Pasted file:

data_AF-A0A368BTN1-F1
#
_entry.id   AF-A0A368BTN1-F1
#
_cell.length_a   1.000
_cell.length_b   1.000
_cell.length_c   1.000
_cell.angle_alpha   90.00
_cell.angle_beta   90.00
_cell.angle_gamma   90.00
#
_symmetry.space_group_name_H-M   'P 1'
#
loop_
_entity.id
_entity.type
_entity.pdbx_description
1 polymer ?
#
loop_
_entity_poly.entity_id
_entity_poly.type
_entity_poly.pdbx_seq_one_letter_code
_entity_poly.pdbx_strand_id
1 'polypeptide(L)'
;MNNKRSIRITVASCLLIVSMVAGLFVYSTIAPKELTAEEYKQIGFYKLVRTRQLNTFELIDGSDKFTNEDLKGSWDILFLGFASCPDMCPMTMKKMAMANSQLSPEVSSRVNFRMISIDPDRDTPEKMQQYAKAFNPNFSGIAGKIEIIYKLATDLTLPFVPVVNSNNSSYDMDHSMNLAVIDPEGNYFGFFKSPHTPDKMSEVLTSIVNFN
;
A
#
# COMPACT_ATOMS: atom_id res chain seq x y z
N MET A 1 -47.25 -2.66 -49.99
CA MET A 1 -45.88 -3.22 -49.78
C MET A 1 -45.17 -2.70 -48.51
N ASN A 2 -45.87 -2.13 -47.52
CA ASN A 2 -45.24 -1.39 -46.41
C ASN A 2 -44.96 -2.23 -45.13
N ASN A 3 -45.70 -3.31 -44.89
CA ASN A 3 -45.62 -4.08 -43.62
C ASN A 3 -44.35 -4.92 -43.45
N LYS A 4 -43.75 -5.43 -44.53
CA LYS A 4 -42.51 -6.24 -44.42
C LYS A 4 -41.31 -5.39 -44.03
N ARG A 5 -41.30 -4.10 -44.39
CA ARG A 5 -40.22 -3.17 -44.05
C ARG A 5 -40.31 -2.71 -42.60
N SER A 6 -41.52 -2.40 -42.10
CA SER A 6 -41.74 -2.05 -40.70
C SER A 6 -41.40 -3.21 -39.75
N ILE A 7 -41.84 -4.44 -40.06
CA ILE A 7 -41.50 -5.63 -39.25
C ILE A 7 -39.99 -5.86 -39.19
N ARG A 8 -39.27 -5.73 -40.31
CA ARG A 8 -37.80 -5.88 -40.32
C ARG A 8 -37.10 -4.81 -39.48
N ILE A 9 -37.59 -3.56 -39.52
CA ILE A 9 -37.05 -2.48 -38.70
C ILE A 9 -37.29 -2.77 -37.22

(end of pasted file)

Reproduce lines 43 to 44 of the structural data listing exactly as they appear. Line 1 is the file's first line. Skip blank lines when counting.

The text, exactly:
N ARG A 5 -41.30 -4.10 -44.39
CA ARG A 5 -40.22 -3.17 -44.05